Skip to content

Grasshoppers, dementia, fake videos and more: ZHAW digital funds 7 new research projects

As part of the “Digital Futures Fund for Research”, ZHAW digital funds seven new research projects in the area of digital transformation.

Since 2020, ZHAW digital has been funding various projects as part of the “Digital Futures Fund” (DFF) funding program. From 2024, the successful program will be realigned: In the future, educational projects can be funded under the “Transformative Education Fund” and research projects under the “Digital Futures Fund for Research”.

In this year’s call for proposals for the “Digital Futures Fund for Research”, seven research projects were able to impress with their innovative ideas and approaches and will each receive funding of CHF 20’000. What the research projects all have in common is that they respond to immediate challenges in the area of digital transformation with measures that can be implemented quickly.

Digital solutions for young and old

Nicole Zigan will explore the specific requirements and needs for the use of social assistance robots in care homes. These are to be used for people with dementia. Marion Pomey, on the other hand, is dedicated to children and young people in her project: she is researching how “well-being” can be created digitally in out-of-home care.

Many use cases for AI

Several projects deal with the use of artificial intelligence (AI) and show how versatile this technology can be. Matthias Nyfeler is developing a Deep Learning model to classify the sounds of grasshoppers (Orthoptera) using a smartphone. This is intended to advance efficient biodiversity monitoring through citizen science initiatives.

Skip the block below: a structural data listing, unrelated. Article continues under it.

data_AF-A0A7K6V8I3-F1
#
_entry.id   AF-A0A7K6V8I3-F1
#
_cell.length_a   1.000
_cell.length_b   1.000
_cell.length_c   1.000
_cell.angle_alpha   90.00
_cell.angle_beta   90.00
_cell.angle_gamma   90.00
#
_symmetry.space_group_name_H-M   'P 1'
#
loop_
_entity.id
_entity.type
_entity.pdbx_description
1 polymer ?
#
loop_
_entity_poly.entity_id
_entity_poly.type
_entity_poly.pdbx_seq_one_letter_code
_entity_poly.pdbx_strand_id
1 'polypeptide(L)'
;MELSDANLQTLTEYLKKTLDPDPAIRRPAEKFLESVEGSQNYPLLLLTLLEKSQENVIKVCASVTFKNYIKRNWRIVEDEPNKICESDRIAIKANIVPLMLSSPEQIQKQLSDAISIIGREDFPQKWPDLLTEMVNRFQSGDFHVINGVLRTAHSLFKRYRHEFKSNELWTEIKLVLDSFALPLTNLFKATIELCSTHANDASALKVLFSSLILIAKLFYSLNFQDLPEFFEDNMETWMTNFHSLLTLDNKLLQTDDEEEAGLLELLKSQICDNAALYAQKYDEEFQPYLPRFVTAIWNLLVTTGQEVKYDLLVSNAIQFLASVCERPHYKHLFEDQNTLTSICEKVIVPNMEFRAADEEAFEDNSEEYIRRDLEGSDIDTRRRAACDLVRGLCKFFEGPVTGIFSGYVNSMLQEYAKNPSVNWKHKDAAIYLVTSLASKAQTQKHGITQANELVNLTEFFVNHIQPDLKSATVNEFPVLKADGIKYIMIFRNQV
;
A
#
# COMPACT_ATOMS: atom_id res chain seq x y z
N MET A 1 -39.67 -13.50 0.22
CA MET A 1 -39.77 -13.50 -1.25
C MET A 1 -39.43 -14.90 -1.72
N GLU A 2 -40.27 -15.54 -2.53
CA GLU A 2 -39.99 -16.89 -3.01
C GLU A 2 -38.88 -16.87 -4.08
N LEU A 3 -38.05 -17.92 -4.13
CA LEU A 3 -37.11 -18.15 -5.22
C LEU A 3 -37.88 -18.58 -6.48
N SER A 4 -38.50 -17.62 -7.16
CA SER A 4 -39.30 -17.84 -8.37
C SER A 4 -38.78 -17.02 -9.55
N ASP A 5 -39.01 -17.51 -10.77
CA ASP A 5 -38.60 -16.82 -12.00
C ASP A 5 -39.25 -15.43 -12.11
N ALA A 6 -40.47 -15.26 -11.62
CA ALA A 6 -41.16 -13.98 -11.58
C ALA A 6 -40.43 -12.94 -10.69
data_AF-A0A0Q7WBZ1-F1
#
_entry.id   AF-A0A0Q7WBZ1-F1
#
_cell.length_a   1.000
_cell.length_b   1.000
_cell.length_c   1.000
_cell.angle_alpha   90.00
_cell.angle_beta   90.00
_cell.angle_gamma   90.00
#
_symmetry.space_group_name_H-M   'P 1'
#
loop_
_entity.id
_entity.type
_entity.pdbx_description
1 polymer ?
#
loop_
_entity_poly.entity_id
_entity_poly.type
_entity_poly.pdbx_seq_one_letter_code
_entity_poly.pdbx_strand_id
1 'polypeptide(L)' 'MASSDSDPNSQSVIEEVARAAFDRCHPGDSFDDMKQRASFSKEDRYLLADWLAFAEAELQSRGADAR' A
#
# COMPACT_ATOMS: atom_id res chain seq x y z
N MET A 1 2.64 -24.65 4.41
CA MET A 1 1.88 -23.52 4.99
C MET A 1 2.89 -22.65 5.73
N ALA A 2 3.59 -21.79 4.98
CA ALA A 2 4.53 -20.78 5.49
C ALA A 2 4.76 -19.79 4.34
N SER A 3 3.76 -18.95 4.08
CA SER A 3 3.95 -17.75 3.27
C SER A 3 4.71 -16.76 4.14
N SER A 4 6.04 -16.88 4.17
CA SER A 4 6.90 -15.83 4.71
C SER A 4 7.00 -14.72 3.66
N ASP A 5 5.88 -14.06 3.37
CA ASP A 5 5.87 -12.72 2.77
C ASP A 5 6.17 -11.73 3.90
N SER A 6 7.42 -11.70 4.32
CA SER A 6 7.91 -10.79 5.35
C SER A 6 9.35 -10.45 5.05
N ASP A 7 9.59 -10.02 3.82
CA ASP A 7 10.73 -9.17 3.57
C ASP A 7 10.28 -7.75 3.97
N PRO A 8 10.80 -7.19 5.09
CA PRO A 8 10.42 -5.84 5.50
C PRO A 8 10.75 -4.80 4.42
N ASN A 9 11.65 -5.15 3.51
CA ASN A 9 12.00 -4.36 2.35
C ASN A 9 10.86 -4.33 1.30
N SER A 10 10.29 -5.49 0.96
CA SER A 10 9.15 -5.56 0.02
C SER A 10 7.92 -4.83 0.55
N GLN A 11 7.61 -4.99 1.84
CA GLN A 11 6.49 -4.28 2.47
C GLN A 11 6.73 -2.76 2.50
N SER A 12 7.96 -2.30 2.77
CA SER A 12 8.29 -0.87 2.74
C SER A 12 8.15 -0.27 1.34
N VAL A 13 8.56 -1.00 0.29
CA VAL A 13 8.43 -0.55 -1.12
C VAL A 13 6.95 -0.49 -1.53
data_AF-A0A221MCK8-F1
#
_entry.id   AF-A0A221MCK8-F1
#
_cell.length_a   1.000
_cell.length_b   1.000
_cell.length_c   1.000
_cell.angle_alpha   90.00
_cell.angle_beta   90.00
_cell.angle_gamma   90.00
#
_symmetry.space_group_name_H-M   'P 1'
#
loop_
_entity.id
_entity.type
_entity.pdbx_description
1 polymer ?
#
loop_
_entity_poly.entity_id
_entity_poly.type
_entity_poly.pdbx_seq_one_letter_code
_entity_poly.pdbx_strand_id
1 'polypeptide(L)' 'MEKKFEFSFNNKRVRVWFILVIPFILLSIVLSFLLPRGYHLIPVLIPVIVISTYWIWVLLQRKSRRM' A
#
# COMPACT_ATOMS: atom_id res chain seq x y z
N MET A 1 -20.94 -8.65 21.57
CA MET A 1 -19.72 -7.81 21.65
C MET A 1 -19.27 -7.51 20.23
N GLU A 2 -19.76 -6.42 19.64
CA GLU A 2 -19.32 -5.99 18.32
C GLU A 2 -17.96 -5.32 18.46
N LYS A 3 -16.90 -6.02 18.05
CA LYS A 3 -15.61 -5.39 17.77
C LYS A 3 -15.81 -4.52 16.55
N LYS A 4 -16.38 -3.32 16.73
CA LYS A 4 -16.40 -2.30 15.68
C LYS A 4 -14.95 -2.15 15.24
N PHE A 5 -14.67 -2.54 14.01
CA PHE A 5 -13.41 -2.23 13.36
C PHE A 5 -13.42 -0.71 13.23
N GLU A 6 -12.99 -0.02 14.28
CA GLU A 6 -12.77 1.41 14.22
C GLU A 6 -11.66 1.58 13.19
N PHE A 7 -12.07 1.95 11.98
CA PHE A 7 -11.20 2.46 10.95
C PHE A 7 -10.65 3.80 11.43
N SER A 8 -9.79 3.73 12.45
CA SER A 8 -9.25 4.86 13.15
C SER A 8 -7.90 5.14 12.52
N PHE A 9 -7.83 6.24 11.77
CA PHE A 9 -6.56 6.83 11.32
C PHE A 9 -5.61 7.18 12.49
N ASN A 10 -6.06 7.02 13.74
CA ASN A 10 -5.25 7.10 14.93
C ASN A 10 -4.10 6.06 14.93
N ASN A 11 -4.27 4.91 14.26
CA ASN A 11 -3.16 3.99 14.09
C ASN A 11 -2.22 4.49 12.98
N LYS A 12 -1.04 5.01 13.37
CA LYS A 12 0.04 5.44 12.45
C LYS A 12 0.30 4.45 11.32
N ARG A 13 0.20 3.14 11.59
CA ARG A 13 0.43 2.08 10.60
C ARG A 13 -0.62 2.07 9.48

With their projects, Curtis Gautschi and Dominik Kunz are helping to drive forward the digital transformation at the ZHAW itself. Gautschi develops a Generative AI-based text quality assessment tool for Thesis Writer, a ZHAW-based dissertation writing support platform. And Kunz is developing and evaluating an AI-supported tool for the ZHAW to automate the work process for literature reviews.

Improve photos and detect fake videos

Helmut Grabner explores the question of what makes an image interesting and how to recognize good, attractive images. In his project, he is using computer vision methods to develop a web-based tool that can recognise and predict the most interesting image. The aim is to help users create images that appeal to their target groups.

Because we can encounter many (deep) fakes in photos and videos in our everyday digital lives, Patrick Giedemann’s AI-based platform is designed to help fact-checkers recognise misinformation in videos.

You can find everything about the “Digital Futures Fund” and an overview of all projects funded or submitted to date on the ZHAW digital website.

This article was published on ZHAW news on June 13.